1340.14(f). During sentencing, the trial court was informed that
the files concerning some of defendant's previous offenses had been
destroyed, and thus no proof of these offenses could be offered.
To meet its burden, the State would have had to either obtain a
stipulation from defendant or prove the convictions by "[a]ny other
method found by the court to be reliable." Id.
The State presented a prior record level worksheet that listed
defendant's prior convictions by class of felony, classifying
defendant as a record level III offender. Neither defendant nor
his defense counsel stipulated to the contents of the prior record
worksheet. Rather, the record shows that defense counsel expressly
declined to stipulate to the worksheet and renewed defendant's
motion to suppress two of the listed convictions.
Our Court has repeatedly held that a prior record level
worksheet, standing alone, does not meet the State's burden forestablishing prior convictions under N.C.G.S. § 15A-1340.14(f).
See State v. Johnson, 164 N.C. App. 1, 23, 595 S.E.2d 176, 189,
disc. review denied, 359 N.C. 194, 607 S.E.2d 659 (2004) ("It has
been repeatedly held that the submission of a worksheet by the
State is insufficient to satisfy the State's burden under this
statute[.]"); State v. Riley, 159 N.C. App. 546, 557, 583 S.E.2d
379, 387 (2003) ("A statement by the State that an offender has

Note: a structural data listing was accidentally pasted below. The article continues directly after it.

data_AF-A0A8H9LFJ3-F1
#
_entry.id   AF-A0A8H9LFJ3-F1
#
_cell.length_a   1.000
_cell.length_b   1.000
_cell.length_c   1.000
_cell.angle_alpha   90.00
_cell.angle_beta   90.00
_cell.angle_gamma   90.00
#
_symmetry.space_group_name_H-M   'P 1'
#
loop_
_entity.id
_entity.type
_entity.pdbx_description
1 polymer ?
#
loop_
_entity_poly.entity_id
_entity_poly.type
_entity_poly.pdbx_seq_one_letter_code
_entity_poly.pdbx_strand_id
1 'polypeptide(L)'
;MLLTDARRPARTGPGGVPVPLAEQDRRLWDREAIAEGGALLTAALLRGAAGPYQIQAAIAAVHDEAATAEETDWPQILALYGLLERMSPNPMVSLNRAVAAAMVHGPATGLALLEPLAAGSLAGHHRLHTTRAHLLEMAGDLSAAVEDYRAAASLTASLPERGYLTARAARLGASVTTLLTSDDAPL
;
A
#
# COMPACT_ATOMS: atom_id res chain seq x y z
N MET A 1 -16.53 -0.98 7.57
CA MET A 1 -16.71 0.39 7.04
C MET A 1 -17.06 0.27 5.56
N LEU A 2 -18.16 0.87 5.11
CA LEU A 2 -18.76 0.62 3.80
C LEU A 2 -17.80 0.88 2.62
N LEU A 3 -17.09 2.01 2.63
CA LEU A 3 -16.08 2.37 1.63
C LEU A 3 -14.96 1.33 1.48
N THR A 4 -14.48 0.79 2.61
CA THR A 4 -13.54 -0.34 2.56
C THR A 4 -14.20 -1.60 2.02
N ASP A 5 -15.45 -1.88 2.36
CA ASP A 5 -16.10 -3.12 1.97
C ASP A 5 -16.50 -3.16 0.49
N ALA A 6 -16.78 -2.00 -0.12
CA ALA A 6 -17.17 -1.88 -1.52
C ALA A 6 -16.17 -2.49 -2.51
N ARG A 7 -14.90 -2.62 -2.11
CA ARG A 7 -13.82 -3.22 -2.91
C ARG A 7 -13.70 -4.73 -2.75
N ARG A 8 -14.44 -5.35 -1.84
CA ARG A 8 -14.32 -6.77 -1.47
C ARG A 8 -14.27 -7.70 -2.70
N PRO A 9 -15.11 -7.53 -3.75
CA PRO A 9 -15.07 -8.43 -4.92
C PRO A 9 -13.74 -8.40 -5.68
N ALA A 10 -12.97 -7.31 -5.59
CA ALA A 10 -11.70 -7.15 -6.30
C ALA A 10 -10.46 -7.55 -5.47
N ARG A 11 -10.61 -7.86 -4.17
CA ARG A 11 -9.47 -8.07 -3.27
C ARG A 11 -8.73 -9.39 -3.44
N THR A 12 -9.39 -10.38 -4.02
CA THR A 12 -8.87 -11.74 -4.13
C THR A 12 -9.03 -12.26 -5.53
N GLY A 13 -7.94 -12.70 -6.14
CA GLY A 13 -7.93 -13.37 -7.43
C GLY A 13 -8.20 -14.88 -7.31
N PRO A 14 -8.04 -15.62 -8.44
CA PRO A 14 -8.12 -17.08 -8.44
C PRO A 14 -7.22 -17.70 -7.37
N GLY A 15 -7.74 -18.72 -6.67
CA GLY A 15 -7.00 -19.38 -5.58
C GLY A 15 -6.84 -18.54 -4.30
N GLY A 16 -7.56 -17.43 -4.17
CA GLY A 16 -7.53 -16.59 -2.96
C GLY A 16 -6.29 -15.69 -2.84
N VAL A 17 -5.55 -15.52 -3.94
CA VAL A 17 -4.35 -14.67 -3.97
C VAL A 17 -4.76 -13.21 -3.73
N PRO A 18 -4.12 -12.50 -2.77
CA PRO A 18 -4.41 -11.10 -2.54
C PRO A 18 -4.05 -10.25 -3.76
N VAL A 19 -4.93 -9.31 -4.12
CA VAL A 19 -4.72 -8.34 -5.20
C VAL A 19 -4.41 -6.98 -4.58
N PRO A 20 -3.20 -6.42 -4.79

seven points, and thus is a record level III, if only supported by
a prior record level worksheet, is not sufficient to meet the
catchall provision found in N.C.G.S. § 15A-1340.14(f)(4), even if
uncontested by defendant."); State v. Bartley, 156 N.C. App. 490,
502, 577 S.E.2d 319, 326 (2003) ("An unsupported statement by the
State that an offender has eleven points, and thus is a record
level IV, even if uncontested, does not rise to the level
sufficient to meet the catchall provision found in N.C.G.S. § 15A-
1340.14(f)(4)."); State v. Eubanks, 151 N.C. App. 499, 505, 565
S.E.2d 738, 742 (2002) ("There is no question that a worksheet,
prepared and submitted by the State, purporting to list a
defendant's prior convictions is, without more, insufficient to
satisfy the State's burden in establishing proof of prior
The State has not established that defendant stipulated to the